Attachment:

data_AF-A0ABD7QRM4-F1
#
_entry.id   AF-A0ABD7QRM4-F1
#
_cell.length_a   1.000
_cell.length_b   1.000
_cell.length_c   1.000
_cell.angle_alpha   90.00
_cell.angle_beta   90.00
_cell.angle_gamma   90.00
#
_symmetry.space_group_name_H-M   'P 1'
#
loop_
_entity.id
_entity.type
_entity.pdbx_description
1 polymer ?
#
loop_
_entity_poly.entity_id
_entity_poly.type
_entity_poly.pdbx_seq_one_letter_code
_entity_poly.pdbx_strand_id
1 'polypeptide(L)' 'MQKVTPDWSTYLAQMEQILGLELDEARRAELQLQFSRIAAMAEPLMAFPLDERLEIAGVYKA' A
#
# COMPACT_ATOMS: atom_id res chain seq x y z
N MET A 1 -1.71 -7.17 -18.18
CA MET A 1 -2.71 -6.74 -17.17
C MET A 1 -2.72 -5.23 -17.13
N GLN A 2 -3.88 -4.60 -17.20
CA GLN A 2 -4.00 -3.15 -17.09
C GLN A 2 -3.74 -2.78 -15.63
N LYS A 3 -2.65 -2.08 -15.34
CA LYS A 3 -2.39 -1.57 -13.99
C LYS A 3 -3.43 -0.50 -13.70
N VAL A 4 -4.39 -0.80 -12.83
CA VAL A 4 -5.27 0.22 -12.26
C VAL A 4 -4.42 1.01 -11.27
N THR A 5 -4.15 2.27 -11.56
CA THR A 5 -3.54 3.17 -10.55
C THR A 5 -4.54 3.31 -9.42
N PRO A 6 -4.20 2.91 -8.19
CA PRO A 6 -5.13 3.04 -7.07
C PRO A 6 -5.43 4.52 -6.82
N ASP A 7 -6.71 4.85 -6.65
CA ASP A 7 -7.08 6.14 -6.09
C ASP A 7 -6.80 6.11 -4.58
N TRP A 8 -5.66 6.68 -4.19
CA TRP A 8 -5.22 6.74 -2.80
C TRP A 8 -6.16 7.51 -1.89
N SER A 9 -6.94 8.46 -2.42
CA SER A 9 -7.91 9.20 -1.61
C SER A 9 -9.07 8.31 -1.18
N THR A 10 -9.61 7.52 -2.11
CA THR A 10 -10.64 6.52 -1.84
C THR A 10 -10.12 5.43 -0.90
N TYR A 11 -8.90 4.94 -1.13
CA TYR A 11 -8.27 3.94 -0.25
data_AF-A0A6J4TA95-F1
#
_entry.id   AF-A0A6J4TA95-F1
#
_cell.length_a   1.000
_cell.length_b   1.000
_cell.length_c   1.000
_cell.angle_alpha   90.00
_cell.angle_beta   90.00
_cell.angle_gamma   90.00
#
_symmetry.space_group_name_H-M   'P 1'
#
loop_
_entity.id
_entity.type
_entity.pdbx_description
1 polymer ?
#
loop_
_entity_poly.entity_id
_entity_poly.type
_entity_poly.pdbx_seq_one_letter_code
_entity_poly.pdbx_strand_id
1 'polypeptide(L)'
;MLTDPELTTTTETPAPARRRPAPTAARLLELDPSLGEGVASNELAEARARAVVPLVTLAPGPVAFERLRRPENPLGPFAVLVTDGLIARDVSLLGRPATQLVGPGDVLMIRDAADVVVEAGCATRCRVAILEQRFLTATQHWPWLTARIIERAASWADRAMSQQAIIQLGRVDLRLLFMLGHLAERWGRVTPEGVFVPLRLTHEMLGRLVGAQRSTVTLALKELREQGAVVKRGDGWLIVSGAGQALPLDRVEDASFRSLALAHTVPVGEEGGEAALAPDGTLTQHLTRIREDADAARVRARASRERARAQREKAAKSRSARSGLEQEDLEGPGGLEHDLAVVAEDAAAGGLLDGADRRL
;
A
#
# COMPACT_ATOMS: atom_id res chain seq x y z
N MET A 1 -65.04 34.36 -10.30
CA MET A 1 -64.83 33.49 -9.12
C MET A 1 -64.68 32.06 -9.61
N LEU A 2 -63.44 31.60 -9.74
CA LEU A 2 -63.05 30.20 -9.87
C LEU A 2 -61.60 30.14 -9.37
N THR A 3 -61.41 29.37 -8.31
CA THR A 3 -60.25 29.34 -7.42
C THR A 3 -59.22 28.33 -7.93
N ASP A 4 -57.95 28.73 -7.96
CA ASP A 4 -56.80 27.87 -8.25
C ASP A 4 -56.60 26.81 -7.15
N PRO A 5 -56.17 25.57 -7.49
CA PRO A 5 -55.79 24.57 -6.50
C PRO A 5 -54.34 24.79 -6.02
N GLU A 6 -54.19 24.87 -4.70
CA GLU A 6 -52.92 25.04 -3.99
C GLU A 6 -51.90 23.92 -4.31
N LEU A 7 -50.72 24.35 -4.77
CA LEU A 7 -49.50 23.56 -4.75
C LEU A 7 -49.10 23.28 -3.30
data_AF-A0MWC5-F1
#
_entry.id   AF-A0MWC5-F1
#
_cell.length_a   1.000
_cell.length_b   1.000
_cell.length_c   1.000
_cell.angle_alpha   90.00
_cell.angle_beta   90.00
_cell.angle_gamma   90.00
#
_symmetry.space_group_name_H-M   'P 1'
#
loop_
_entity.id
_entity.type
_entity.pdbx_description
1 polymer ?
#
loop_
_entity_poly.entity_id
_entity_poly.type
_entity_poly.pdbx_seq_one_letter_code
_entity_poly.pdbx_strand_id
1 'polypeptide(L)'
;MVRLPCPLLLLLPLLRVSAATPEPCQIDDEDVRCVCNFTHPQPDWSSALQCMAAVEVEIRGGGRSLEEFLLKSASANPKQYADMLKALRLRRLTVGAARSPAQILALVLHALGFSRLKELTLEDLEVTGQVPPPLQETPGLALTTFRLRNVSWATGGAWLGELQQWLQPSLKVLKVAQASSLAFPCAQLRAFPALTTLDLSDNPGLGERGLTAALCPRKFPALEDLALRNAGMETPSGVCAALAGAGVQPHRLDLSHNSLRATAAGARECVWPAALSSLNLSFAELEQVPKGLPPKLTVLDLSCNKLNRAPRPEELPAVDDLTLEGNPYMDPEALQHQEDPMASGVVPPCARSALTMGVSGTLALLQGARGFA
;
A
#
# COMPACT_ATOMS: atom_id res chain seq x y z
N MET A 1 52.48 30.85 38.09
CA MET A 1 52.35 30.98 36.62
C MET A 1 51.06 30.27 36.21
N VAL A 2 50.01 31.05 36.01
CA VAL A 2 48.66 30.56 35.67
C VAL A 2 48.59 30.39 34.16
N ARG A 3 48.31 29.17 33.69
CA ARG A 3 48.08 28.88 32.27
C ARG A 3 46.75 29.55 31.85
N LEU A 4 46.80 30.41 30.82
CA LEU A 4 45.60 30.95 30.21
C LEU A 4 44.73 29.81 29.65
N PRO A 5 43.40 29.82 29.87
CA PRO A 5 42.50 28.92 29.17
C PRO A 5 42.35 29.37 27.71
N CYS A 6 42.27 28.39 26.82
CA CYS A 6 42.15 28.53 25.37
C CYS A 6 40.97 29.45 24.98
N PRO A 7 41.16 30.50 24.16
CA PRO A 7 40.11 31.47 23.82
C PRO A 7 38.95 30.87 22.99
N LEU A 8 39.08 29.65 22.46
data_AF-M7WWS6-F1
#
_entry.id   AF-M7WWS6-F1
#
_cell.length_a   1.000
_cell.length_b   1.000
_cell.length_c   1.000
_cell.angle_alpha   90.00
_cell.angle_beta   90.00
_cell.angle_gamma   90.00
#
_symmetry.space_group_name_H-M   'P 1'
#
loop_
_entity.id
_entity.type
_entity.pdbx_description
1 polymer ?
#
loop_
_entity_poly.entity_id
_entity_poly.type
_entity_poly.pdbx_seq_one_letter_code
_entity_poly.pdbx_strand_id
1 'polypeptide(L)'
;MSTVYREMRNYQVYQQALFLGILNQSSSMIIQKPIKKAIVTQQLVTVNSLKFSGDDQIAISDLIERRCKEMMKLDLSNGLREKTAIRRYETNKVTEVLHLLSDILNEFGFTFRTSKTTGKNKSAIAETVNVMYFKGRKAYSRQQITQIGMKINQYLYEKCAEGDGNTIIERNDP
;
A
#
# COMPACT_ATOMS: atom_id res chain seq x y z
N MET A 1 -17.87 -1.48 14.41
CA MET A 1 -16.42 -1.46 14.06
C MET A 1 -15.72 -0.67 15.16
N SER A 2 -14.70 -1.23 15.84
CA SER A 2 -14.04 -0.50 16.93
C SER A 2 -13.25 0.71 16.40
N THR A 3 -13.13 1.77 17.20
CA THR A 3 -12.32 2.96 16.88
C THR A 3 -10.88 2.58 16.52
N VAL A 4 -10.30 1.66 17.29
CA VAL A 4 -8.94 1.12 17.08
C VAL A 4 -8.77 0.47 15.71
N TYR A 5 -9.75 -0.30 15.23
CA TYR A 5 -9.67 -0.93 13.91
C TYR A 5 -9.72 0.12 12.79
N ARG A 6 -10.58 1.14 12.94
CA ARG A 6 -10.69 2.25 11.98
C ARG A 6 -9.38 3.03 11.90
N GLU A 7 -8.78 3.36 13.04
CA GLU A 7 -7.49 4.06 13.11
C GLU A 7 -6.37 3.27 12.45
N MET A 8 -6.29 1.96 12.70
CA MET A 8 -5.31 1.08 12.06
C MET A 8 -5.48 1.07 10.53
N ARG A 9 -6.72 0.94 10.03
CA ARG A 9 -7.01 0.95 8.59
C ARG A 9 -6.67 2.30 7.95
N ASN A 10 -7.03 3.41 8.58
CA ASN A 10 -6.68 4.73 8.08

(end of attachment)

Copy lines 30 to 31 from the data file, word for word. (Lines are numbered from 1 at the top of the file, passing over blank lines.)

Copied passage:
C MET A 1 -2.72 -5.23 -17.13
N GLN A 2 -3.88 -4.60 -17.20